Good question. Has any doctor from Arkham Asylum tried to “treat” Batman…or Bruce Wayne for that matter?

I seem to recall J’onn wondering if he should telepathically help Batman with some of his psychological problems, but backing off for some namby-pamby ethics reasons.

Maybe pour some gravy on him.

I don’t know about the comic, but the movie and cartoon character’s “I’m too cool for words” attitude is just annoying. It also makes me wonder if he really cares about anything. (Except maybe that guy that raised him.) To me at least that’s not a superhero who’s adventure I want to follow.

I thought angst was simply a mood or attitude.

Mojo-ed characters have permanently wounded psyches…scarred souls.

That’s what I was trying to get to before. Why must a superhero’s soul be scarred? I understand the whole Shakespearean flawed hero thing, but it’s been done way too often.

I like Hellboy because he’s akin to an exceptionally good firefighter who grumbles about his job. He defies conventions because he has the everyman aspect - yet he can still kick ass.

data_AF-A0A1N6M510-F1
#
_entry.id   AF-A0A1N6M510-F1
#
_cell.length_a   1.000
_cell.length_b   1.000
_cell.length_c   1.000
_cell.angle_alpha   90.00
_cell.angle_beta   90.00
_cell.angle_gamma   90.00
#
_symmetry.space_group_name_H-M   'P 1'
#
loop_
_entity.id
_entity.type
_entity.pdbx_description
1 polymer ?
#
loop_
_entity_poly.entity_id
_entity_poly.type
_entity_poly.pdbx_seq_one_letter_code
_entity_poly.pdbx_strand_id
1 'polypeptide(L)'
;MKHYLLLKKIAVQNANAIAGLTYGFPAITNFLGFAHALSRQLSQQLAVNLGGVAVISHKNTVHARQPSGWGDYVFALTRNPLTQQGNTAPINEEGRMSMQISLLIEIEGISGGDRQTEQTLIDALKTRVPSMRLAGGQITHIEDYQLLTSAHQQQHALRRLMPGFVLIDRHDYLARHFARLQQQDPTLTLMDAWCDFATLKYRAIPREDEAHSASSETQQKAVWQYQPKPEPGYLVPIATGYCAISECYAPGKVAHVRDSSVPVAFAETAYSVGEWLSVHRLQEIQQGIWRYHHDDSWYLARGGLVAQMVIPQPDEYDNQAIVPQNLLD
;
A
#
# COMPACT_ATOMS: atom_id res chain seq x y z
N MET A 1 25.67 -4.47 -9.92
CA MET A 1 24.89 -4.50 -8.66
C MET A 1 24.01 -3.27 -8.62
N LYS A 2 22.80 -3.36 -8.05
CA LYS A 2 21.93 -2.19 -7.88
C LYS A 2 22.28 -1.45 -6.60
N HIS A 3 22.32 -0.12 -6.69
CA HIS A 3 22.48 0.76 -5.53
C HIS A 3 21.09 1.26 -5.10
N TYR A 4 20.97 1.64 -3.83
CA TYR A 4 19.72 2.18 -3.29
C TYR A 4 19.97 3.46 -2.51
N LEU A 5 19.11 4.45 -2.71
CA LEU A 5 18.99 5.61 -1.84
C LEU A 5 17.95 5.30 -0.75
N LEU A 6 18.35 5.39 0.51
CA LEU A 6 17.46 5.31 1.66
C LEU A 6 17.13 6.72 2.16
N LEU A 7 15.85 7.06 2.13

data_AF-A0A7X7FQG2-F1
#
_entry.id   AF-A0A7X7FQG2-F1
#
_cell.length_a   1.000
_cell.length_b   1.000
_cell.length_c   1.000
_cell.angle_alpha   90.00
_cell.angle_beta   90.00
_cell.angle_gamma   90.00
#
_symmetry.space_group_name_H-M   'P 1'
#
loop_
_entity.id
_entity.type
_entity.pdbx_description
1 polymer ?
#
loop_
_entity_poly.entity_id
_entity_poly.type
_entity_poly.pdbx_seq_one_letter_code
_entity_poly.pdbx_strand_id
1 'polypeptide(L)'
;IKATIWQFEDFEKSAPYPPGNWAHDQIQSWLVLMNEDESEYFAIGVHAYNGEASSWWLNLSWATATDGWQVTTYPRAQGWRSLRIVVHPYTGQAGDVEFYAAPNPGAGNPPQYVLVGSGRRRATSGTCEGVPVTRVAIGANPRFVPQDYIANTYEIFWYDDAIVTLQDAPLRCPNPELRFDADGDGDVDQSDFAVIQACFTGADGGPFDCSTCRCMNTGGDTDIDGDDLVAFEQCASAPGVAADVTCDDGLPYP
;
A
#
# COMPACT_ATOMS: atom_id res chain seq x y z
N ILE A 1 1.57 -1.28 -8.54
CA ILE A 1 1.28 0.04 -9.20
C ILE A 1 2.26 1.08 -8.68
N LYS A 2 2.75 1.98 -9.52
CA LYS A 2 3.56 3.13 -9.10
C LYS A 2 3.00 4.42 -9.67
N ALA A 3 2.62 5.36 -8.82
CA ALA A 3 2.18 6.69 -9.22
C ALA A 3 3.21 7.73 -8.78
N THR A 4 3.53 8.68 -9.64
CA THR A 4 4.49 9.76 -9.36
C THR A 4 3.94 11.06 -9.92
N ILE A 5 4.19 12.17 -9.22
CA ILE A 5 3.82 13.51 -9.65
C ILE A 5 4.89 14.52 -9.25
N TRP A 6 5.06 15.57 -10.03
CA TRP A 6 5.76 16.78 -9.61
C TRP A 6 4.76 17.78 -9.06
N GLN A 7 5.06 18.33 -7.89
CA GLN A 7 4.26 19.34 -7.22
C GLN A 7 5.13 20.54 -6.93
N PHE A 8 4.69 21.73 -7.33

Perhaps it’s simply because a tragic background and the resulting emotional scars are an easy way to explain the characters’ motivations?

Assume for the moment that the Waynes had not been murdered when Bruce was young. Where does that leave him? He’s absurdly wealthy, good-looking, and (even without the tragedy-driven obsessive streak) possessed of incredible physical and mental talent. Without some sort of traumatic, unbalancing experience, what would have driven a man with his advantages to risk his life chasing criminals every night? He might have been a pro athlete, or a brilliant scientist, or just been the rich playboy he often pretends to be…but he wouldn’t have been Batman, and we wouldn’t have been reading about him for decades.